Kirk Ferentz, unlike some fans, still has faith in his son as offensive coordinator
Ferentz was asked about nepotism at Wednesday's press conference
By Pat Harty
IOWA CITY, Iowa – Kirk Ferentz has problems on offense that are made even worse by his son being the Iowa offensive coordinator.
Brian Ferentz has been the Iowa offensive coordinator since 2017, and while there have been some nice accomplishments under his watch, the offense is without question the team’s biggest weakness.
Some will say that Iowa won the Big Ten West Division and finished 10-4 this past season in spite of the offense.
Kirk Ferentz met with the media on Wednesday, and for the first time since Iowa lost to Kentucky 23-20 in the Citrus Bowl on New Year’s Day, and his team’s offensive woes, and the situation with his son being the offensive coordinator, not surprisingly, were among the topics discussed.
Kirk Ferentz was asked if he thinks the offense might need a scheme change or even a reboot.
“I guess my answer would be we’re third in wins since ’15. I mentioned ’15. Last four years we were second in wins in the conference,” Kirk Ferentz said. “That’s the ultimate goal for us. It’s not all about winning, but obviously when we line up and play on Saturdays, that’s what we’re trying to do, no matter who we’re playing or where it is.
“You do get evaluated on that. I know it’s a little bit more detailed now in the sophisticated world of evaluation, but for me that’s what I’m fixated on. If they’ve got the ball 40 minutes and we’ve got it 20 and we win, I’m happy we won. I’m not happy about the way we won, I’d rather have the ball 40, but ultimately it’s finding a way to win.”
Critics would argue that Iowa’s offense is preventing the team from reaching elite status, and most of the blame is centered on Brian Ferentz and on quarterback Spencer Petras.
Kirk Ferentz knew what he was getting himself into when he promoted his son to offensive coordinator, and he seems determined to stay the course.
“I’m betting on us, if that’s how you want to put it, which I typically do,” Kirk Ferentz said. “I’m betting on us. I think we’ve got a good staff, certainly a capable staff, and I’ve got total confidence in the guys. I think we’ve got a good staff here.”
Iowa should be loaded on defense next season and will have one of the top punters in the nation in junior Tory Taylor to help shift field position.
The concern is on offense where both the running game and the passing game have struggled.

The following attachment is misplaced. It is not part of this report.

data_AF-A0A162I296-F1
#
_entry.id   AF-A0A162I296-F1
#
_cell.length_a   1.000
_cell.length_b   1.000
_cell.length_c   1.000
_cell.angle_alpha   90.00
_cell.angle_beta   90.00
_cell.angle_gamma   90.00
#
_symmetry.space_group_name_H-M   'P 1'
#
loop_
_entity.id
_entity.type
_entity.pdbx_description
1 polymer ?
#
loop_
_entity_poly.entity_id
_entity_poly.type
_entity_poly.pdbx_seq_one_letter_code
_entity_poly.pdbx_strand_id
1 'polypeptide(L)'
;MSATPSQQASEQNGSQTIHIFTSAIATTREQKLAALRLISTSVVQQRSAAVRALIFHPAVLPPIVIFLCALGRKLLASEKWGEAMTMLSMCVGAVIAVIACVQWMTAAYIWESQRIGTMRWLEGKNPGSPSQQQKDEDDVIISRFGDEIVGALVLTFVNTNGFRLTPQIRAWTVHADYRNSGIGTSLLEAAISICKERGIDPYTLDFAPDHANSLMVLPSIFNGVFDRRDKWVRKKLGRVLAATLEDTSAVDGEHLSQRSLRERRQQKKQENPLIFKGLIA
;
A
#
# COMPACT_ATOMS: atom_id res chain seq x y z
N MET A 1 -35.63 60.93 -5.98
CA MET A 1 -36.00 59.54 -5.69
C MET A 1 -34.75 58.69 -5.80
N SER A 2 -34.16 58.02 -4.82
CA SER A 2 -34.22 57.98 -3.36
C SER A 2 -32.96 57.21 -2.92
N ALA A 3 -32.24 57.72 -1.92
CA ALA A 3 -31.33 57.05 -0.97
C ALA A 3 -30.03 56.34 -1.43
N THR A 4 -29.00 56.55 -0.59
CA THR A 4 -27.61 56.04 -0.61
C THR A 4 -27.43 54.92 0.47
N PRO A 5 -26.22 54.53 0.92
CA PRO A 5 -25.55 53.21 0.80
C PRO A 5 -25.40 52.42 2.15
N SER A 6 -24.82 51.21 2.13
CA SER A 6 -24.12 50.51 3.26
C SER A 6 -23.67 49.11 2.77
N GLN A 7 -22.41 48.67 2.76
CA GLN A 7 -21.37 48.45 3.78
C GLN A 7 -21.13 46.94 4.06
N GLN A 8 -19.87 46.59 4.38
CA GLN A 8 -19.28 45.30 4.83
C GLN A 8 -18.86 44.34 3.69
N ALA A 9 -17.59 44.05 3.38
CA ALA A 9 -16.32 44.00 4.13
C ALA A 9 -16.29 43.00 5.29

Iowa also has to replace All-America center Tyler Linderbaum, who has declared for the 2022 NFL draft as a junior, and running back Tyler Goodson, who also has declared for the NFL draft as a junior.
Linderbaum was considered the top collegiate center in the country this past season, while Goodson led the team with over 1,000 rushing yards, and yet, the offense still sputtered for most of the season.
Some fans are hopeful that Kirk Ferentz will allow his son to modernize the offense, but that seems highly unlikely because Kirk Ferentz has said before that he doesn’t even know what it means to modernize the offense, and he seems to resent that suggestion.
Kirk Ferentz believes that football should be a played a certain way and that the run should be used to set up the pass.
He also tries to avoid taking what he considers unnecessary risks on offense.
The problem with that approach is that it sometimes makes the Iowa offense predictable, conservative and sluggish.
And when your son is in charge of the offense, and being paid about $1 million annually, it creates a delicate and awkward situation when the offense struggles.
Iowa also hasn’t had a quarterback make first-team All-Big Ten since Tate in 2004, or even second-team all-conference since C.J. Beathard in 2015.
“We have to do better,” Kirk Ferentz said. “There’s several positions, and everybody knows that, we have to do better if we’re going to move the ball and score points the way we want to. We don’t have to score 45 points a game. I’m hoping we’ll continue to play good defense. That’s the first thing we tried to establish here outside of special teams 23 years ago.
“That’s fundamental 101. We’ve got to get that done. We don’t have to score 45 points, but we’ve got to do better, and we’ve got to make the makeable plays. You have to do that, and that’s kind of what I’m getting at on those fundamentals. Catch that ball Sunday, the game is over. There is no rest of the game, it’s over, you take it and bleed the clock and you’re done.”
While some fans clamor for changes on offense, Kirk Ferentz seems to believe that it’s more a case of just getting better at what Iowa tries to do on offense.
And he, obviously, still believes that Brian Ferentz is the right person to run the offense because Kirk Ferentz has given no indication that he is considering making any coaching changes, or any changes to the offense.
Kirk Ferentz has hooked his saddle to his son, and while there is a risk in doing that, Kirk Ferentz is willing to take that risk.